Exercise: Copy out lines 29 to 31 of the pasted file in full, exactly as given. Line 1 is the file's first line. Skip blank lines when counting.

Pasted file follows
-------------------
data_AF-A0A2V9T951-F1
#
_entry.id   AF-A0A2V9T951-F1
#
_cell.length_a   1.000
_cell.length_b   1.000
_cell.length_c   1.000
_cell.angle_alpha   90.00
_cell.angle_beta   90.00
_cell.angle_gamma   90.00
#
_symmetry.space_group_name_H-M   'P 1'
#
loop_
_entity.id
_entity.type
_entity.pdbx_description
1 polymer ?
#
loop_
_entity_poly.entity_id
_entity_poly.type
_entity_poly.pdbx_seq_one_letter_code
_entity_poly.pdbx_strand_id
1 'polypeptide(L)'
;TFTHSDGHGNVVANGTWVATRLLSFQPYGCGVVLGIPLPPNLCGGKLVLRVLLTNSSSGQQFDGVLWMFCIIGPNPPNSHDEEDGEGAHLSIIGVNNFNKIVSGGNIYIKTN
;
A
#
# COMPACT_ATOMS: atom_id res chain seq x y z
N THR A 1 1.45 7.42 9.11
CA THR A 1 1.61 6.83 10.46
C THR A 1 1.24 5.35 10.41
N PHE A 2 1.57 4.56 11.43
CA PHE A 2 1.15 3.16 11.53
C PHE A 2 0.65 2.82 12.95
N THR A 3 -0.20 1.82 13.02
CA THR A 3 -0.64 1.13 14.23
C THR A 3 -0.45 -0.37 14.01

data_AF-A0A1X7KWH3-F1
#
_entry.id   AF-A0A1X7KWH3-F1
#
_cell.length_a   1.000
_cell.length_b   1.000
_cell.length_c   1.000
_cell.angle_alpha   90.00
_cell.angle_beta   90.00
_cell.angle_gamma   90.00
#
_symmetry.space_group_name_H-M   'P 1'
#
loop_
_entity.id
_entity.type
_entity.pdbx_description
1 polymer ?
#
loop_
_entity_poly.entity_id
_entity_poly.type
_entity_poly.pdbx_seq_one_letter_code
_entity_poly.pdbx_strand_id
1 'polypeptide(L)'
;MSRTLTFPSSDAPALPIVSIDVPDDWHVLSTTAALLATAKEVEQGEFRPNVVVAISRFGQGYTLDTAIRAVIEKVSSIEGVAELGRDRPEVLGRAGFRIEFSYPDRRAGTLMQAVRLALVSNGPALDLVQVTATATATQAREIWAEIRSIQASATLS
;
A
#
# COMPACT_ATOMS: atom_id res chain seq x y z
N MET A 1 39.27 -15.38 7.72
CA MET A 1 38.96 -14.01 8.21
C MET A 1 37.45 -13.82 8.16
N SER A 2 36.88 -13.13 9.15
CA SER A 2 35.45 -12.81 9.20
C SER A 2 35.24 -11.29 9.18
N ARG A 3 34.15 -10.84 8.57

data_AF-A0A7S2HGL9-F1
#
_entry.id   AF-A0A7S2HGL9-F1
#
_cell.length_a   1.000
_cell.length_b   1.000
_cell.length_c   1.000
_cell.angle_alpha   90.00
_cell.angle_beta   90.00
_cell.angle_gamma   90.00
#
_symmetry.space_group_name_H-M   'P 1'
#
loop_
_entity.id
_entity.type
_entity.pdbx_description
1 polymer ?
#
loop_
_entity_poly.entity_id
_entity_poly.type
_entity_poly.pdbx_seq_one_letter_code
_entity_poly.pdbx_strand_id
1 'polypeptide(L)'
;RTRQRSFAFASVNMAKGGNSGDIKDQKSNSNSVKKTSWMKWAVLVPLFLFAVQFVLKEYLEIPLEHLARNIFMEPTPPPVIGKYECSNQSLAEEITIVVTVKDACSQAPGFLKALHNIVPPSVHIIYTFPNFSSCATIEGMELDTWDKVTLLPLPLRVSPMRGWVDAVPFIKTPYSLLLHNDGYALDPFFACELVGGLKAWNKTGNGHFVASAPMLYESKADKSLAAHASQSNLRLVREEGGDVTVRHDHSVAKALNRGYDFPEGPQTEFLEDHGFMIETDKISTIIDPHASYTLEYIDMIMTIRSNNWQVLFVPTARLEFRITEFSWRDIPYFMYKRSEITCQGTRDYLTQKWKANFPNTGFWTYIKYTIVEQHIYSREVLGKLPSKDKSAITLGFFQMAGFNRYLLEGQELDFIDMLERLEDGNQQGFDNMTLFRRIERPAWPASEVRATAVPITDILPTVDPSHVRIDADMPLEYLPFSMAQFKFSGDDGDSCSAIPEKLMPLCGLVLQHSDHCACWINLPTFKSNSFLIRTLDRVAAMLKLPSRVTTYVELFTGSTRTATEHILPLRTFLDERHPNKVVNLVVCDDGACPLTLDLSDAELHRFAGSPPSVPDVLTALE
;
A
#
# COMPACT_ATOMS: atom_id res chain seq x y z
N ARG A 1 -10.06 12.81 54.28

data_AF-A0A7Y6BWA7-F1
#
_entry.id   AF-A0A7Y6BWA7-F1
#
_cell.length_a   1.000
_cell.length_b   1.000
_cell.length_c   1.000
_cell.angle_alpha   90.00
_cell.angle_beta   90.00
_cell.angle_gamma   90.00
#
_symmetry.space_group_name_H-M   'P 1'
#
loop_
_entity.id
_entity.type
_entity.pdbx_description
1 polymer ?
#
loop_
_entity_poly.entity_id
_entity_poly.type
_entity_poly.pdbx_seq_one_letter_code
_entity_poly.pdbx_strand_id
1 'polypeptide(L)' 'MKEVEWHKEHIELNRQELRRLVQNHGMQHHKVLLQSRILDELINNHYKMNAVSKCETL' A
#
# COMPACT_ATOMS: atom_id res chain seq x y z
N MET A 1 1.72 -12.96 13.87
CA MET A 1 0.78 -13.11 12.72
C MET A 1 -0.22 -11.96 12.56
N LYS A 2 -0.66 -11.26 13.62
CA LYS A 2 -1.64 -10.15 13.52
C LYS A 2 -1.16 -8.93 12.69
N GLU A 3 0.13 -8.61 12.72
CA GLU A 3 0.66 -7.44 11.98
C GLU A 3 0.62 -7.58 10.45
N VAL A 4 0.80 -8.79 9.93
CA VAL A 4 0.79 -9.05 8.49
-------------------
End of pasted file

#
# COMPACT_ATOMS: atom_id res chain seq x y z
N THR A 1 1.45 7.42 9.11